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New to growing your own tomatoes? This is the forum to learn the successful techniques used by seasoned tomato growers. Questions are welcome, too.

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Old 4 Weeks Ago   #1
Moshou
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Default Old tomato seeds, need advice

Well, I need help and advice as well

I have some old tomato seeds. They have an interesting story. A man cultivated same variety of tomatoes 20-25 years in a row. As he loved this variety, each autumn he saved seeds from the most beautiful tomato fruits. About 10 years ago (summer 2009), he died and the little old country garden was abandoned. This spring, one of his children found some old seeds and sent them to me. Seeds look good and he told me that he found seeds in a dry place with good temperature. The problem is they might be 10-11 years old. This year, I tried three times but seeds did not germinate. I want to try again next year. If you have any advice, I'll be glad to know. If anyone wants to try, I can send some seeds


Advanced thanks for your time and attention
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Last edited by Moshou; 4 Weeks Ago at 11:20 AM.
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Old 4 Weeks Ago   #2
ContainerTed
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This year, I woke up some Dolly Parton seeds from 2008. I used Jiffy Mix as the medium. It has a light, and fluffy texture to it. It holds water well without being soggy.

I used a heat mat and set it to 78 degrees F.

I placed the seeds on top of the mix and then barely covered them with additional mix and moistened with a spray bottle lightly. I mixed Miracle Grow crystals at about 1/20th normal concentration and this was used thru out the process. I kept the mix damp, but not wet. I used CFL lighting. The bulbs were "Daylight - 6400K" rated.

The things I found to be important, above all else, were keeping that heat going and never turning the lights off before seeing the germination. Then, I had to exercise a lot of patience. My Dolly Parton seeds took more than 36 days, but happily, they finally showed up. Using that light Jiffy Mix helped that effort.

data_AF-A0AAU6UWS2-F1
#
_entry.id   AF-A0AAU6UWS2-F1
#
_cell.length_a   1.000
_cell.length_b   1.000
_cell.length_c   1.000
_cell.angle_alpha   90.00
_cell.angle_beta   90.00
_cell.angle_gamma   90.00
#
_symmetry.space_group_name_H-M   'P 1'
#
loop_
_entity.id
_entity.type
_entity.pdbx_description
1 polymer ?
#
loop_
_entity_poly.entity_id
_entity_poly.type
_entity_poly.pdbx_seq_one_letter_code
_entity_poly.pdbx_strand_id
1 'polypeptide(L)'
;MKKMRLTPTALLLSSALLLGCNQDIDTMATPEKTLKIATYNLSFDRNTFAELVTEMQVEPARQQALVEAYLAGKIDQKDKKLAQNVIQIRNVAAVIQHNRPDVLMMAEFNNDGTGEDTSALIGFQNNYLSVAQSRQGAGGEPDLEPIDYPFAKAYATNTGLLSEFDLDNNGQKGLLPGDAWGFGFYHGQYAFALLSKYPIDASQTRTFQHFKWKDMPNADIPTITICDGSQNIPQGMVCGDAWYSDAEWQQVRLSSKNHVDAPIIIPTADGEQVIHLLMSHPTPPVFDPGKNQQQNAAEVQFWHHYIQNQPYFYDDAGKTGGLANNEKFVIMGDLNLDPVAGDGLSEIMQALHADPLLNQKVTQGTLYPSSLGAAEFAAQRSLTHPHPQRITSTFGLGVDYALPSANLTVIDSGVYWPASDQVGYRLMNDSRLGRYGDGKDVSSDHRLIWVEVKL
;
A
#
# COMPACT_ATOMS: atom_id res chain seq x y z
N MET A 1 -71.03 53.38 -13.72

If you would like me to try your new found treasure, I can do that, but it will have to be next season. PM me to get an address. I can send you a list to choose from if you wish to make it a trade.

Hope this helps. Take care. Best of luck with this "new baby".


I woke up a bunch of older seeds this season using this process.

I now have three plants in the main garden and hope the local critters won't hurt my efforts in the long run.
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Old 4 Weeks Ago   #3
groovy70s
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Moshou, I've had really good luck germinating old seeds soaking them in potassium nitrate for a bit and then using the ziplock baggie method. I then put them in a very warm area (85-90 degrees) in my grow room until they germinate. The last two years I've tried this method with some really old seeds and had very good luck germinating them. I love the story behind your seeds and I hope you have good luck getting them to grow. If you would like for me to try to germinate some I would be honored to try it. If you're interested, send me a PM for my address and I would be glad to trade some seeds with you.
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Old 4 Weeks Ago   #4
Moshou
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Thank you all for your interest and advices.
I'll contact you shortly to put things in order
Once again, many thanks


PS. My offer for collaboration remains open. Do not hesitate to contact me
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Old 4 Weeks Ago   #5